Well, it was a nice six-day run up but we didn’t quite make it to an UnCola Day (7 Up). The Dow Industrials slipped back 12 points to close at 16,501.65. The S&P 500 Index pulled back .22% but the tech-heavy Nasdaq Composite fared poorly, down .83%. Precious metals were little changed and oil prices were slightly lower.
GDXJ, the junior gold miners ETF, rose 2.63%. FXP, the leveraged short China 25 Index ETF, gained 2.46%. SQQQ, the leveraged inverse Nasdaq-100 Index ETF, was up 2.67%. Please click on the symbols for details.
It’s been a heckuva ride the past few weeks, hasn’t it? The S&P pulled back about 4.3% from its high at the beginning of the month but the Nasdaq-100 slipped 8.8% from its high in March and only recovered about 50% of that before weakening today. And while there’s no way of knowing whether or not the weakness will continue, that doesn’t mean we can’t look for buying opportunities in the meantime. As long as the broad indexes are above both their 50-day and 200-day SMAs, I’ll keep trading the long side.
There are many ways to search for ETF’s that should outperform but one of my favorite’s is to hunt for wolf packs. “Wolf pack” refers to the idea that stocks move in groups, like a pack of wolves. Find a few outperforming stocks and then identify the industry group they are in; it’s likely that other stocks in the group will rise in sympathy. Now find the ETF or ETFs that best represent the stocks in the wolf pack. I find High Growth Stock Investor software ideal for finding outperforming wolf packs.
The search only takes a few minutes. I begin by updating HGSI’s database each morning. It uses end of day data only so I don’t use HGSI for real-time tracking of ETF’s. Next, I use a filter coded into HGSI that looks for Wolf Packs that have been trading higher over the last one and five days:
The filter criteria are last close >= $5; average daily volume >= 100,000 shares; and the One day and Five day % price change for the Industry Group Index > 0%. This gave me 2,342 stocks that met this criteria. Each of these is a data field. You can always make these more or less restrictive, e.g., a price minimum of $10 or an average volume minimum of 50,000 shares.
Next, I winnow this list down to the 100 best performing stocks. I start by ranking the 2,342 stocks by their Raw Combo rank. HGSI’s ranking system computes weighted values for each data field selected by the user and then combines all the weighted values. Combo ranking values can then be displayed in two new data fields called Combo Ranking and Raw Combo Ranking. Combo Ranking uses the same 1-99 ranking system that was popularized by William O’Neil for Investors Business Daily and Daily Graphs. The Raw Combo Ranking data field shows you the value from the actual computation for greater accuracy.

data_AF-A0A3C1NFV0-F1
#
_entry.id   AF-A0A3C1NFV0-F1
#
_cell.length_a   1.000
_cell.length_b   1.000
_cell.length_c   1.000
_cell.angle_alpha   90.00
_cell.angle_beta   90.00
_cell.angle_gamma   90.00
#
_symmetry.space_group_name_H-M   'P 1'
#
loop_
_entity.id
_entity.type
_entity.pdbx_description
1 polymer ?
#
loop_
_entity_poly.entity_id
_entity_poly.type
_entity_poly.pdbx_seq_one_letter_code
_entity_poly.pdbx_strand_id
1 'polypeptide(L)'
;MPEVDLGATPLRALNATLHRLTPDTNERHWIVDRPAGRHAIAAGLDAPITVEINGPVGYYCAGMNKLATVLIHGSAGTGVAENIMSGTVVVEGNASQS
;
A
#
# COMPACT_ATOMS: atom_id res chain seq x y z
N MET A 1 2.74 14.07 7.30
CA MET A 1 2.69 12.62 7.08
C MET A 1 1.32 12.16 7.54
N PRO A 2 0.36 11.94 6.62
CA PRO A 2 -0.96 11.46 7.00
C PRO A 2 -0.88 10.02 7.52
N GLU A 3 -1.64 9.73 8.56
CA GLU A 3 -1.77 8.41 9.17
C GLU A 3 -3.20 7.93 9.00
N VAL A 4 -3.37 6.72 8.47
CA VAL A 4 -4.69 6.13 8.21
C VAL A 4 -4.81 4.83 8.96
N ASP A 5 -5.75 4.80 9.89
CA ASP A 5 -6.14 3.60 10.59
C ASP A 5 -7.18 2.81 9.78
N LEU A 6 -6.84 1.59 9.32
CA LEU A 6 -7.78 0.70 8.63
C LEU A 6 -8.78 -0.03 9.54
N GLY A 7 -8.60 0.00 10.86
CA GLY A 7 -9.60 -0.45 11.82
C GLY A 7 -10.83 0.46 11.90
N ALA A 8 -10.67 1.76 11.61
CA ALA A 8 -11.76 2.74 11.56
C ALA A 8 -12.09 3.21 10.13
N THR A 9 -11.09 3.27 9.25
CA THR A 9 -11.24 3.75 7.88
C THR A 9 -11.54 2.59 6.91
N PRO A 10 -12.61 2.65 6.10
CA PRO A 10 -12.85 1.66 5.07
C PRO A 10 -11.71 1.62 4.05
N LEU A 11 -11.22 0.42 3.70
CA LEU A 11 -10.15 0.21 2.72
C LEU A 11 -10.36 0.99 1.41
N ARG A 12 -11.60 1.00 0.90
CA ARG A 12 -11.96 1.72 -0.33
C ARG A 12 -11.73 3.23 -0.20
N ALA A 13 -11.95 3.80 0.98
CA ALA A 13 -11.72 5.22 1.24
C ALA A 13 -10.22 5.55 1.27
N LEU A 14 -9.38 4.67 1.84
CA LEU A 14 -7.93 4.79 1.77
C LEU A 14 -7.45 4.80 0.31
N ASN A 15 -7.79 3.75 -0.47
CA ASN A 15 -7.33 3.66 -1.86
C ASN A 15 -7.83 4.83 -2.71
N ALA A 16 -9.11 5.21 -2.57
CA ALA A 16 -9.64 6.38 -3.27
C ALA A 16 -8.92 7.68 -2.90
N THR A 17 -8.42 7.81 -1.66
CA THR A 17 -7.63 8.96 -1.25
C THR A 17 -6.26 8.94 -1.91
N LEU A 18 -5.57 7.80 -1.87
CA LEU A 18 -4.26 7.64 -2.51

The screen capture below shows the top 25 performing stocks ranked by their Raw Combo. You can make the capture larger by clicking on it:
The two downward pointing arrows show the 1- and 5-day percent price change for the industry group, which is in the next column.
Next, I create a custom group of the top 100 performing stocks. That only takes a minute. And now the last step. I click on the pie chart icon (the Spectrum Analyzer) above the column Force Index 13D EMA and create a pie chart breaking down the top 100 stocks by their respective industry groups:
A full 19% of the top 100 stocks were in the pharmaceutical industry. Yesterday that group rose 1.55% and over the past five trading days has risen 5.33%. Semiconductors were the next most populated group with 12 stocks and both Biotech and Auto Parts & Equipment were tied for third with 8% each.
Finding ETFs that correspond to these groups is easy to do. A Google search brought up among others XPH for pharmaceuticals; SMH for semiconductors; IBB for biotech; there isn’t an ETF for auto parts.
You don’t necessarily need to buy the ETF corresponding to the best performing stocks. If you perform this process daily you can see which groups are gaining and losing strength. For example, yesterday Trucking and Airlines made up 6% and 5% respectively of the top 100 stocks. Are these percentages higher or lower than on last Friday and this Monday? If higher, you are looking at a group or groups rotating into favor; if lower the group or groups are rotating out of favor, or at least, no longer being chased like they had been. On today’s down day, IYT, the Dow Jones Transportation Average Index ETF, was up .11%.
Another approach is to find the corresponding ETF and see if it fires off using any of Larry Connors swing trade strategies. There are many different ways to skin the cat or in this case, the wolf. Repeat this process on a regular basis and it should keep you on the right side of the market.